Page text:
Many who grieve exhibit anger or fits of rage. Here are some signs your grief is manifesting as anger and how to find healing and hope.
When anger takes hold of you in the weeks or months following the death of a loved one, you may begin to wonder: Is it me or the grief?
Many people are unaware or even avoid facing the reality that grief has overtaken their life. They try to go about their day-to-day life as they did before, but little by little, triggers, related or unrelated to the grief, cause them to become irrationally angry or negative at the most inopportune times, making the griever wonder why they are overreacting about something so trivial.
Maybe you feel as though you don’t know who you are anymore. Maybe the person you were before the event was overall optimistic, happy, and rational. But since you experienced this unspeakable pain, you’ve become the opposite: angry, negative, and reactive.
This, my friend, is what grief looks like. It’s not you—it’s the unresolved grief.
There is no one-size-fits-all when it comes to grief—or the deep sorrow associated with death or loss. If your fuse has become unbearably shorter since you experienced a painful loss, you may want to consider leaning on the support of a trusted friend or an experienced grief recovery counselor who can help you unpack the emotions at your own pace and ensure the pain does not overtake all other areas of your life, including your most prized relationships. Here are some signs that your anger may be a sign of unresolved grief, and how to find support.
Signs Your Anger May Be a Result of Unresolved Grief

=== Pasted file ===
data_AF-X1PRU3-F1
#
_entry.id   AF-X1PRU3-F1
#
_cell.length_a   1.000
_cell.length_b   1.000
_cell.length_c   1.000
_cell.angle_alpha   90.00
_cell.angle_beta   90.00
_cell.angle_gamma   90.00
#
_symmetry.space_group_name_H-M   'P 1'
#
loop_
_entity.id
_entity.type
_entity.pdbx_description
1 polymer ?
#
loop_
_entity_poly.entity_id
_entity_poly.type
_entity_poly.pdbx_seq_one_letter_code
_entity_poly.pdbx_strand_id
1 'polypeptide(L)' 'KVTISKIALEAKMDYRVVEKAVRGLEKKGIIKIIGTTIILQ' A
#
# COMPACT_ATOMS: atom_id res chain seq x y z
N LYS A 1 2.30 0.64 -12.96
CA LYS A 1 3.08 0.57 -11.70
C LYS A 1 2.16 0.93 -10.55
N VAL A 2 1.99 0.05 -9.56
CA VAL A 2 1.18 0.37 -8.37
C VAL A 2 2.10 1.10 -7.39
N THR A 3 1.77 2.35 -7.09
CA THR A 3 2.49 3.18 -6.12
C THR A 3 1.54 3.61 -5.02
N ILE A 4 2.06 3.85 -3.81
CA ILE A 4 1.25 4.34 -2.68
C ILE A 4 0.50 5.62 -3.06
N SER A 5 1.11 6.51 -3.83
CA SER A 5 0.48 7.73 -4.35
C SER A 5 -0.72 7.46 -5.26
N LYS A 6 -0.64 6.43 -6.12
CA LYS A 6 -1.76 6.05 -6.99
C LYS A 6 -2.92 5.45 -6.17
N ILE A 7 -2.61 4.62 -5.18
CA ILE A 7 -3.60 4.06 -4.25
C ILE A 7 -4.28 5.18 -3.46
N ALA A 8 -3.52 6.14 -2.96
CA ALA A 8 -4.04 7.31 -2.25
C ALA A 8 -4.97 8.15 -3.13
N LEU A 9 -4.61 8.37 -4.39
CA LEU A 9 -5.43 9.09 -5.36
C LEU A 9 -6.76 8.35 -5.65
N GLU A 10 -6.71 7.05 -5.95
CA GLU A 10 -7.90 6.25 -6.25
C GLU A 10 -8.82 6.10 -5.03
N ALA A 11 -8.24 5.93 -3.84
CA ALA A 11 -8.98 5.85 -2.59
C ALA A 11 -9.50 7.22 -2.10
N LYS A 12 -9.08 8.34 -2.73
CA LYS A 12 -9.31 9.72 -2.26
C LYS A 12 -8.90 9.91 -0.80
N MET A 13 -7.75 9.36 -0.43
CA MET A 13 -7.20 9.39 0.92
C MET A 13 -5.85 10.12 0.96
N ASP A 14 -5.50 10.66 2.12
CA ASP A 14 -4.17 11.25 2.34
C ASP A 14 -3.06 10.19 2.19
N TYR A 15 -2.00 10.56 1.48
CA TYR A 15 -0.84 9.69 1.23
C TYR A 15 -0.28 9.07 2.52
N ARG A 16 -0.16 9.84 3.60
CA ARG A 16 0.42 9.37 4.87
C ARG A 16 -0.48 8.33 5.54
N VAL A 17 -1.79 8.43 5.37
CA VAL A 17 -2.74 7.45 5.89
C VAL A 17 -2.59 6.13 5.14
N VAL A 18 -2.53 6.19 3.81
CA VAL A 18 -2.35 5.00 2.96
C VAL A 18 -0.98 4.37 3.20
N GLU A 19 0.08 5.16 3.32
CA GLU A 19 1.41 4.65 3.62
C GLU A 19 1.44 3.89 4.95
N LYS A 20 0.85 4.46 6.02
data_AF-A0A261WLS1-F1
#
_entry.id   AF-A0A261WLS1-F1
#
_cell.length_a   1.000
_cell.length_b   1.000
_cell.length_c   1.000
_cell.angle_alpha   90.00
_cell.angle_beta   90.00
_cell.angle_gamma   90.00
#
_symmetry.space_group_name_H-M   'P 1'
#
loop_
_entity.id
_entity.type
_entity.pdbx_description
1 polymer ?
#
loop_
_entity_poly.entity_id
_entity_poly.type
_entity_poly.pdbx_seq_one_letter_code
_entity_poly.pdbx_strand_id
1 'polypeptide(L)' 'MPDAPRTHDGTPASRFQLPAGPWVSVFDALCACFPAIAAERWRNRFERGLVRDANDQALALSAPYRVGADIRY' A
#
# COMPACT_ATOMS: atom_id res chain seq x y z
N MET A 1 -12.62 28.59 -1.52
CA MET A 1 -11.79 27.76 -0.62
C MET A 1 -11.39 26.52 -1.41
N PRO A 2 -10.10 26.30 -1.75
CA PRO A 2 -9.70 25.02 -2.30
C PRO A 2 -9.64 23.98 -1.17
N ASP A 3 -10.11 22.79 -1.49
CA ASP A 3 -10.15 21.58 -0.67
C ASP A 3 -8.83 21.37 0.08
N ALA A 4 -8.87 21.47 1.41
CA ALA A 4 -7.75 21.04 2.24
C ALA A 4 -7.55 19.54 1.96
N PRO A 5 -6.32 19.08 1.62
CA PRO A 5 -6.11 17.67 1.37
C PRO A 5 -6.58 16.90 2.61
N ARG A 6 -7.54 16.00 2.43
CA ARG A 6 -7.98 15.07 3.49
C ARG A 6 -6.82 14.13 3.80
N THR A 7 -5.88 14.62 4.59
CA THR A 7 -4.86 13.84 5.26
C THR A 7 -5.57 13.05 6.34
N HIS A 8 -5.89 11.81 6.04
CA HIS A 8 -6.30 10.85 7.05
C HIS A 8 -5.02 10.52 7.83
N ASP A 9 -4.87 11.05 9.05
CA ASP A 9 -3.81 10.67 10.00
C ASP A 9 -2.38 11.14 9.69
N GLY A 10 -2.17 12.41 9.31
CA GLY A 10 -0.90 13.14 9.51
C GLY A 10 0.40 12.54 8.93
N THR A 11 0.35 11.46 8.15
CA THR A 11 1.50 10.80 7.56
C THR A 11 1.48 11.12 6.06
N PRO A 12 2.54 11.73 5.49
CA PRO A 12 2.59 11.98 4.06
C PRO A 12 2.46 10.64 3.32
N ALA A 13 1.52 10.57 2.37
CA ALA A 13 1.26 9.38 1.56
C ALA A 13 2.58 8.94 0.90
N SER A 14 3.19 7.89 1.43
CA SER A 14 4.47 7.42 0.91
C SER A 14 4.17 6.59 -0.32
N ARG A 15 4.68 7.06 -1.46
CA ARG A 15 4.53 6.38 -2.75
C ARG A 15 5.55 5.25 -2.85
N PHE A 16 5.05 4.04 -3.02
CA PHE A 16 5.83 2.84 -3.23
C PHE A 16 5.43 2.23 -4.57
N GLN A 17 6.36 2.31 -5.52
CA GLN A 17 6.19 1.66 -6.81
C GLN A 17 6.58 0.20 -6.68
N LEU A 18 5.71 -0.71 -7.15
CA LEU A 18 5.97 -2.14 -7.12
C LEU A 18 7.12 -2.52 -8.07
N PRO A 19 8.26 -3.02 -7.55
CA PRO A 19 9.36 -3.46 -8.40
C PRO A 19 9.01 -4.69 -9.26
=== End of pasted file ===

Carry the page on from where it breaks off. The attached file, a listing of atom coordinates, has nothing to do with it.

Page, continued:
- You overreact in anger to even the smallest inconvenience or setback
- You are angry at your loved one for dying
- You are enraged at how your life has changed since the life-changing event occurred
- You are angry that you no longer enjoy life or hobbies that used to interest you
- You feel shame about how you’ve become progressively more angry
- You worry you are taking your anger out on your family or friends
- You seek to find the negative in everyone and everything since experiencing loss or death
- You don’t know how to process or cope with the pain of loss or death
- You get angry after drinking alcohol and you didn’t before the event
- You have isolated from people you love and used to enjoy spending time with
- Your anger may be accompanied by feelings of hopelessness, depression, anxiety, or suicidal thoughts
Healing After Loss or the Death of a Loved One
If you lost a loved one and your grief manifests as uncontrollable anger with no end in sight, you are not alone. We see you, we know you’re hurting, and want to offer you a safe place to share your story and feel supported in your healing journey. Contact us today to set up a free discovery call and spend some time with us – we’re here for you.
Sharon Brubaker is a certified Life Coach and credentialed Grief Specialist who, along with her team, teaches women who are grieving how to process their thoughts and emotions. To learn more about navigating grief within the family, listen to the full podcast episode here or download my free e-Book, The Griever’s Guide, which equips you with the tools to live life after grief; because no griever should have to navigate a broken heart on their own.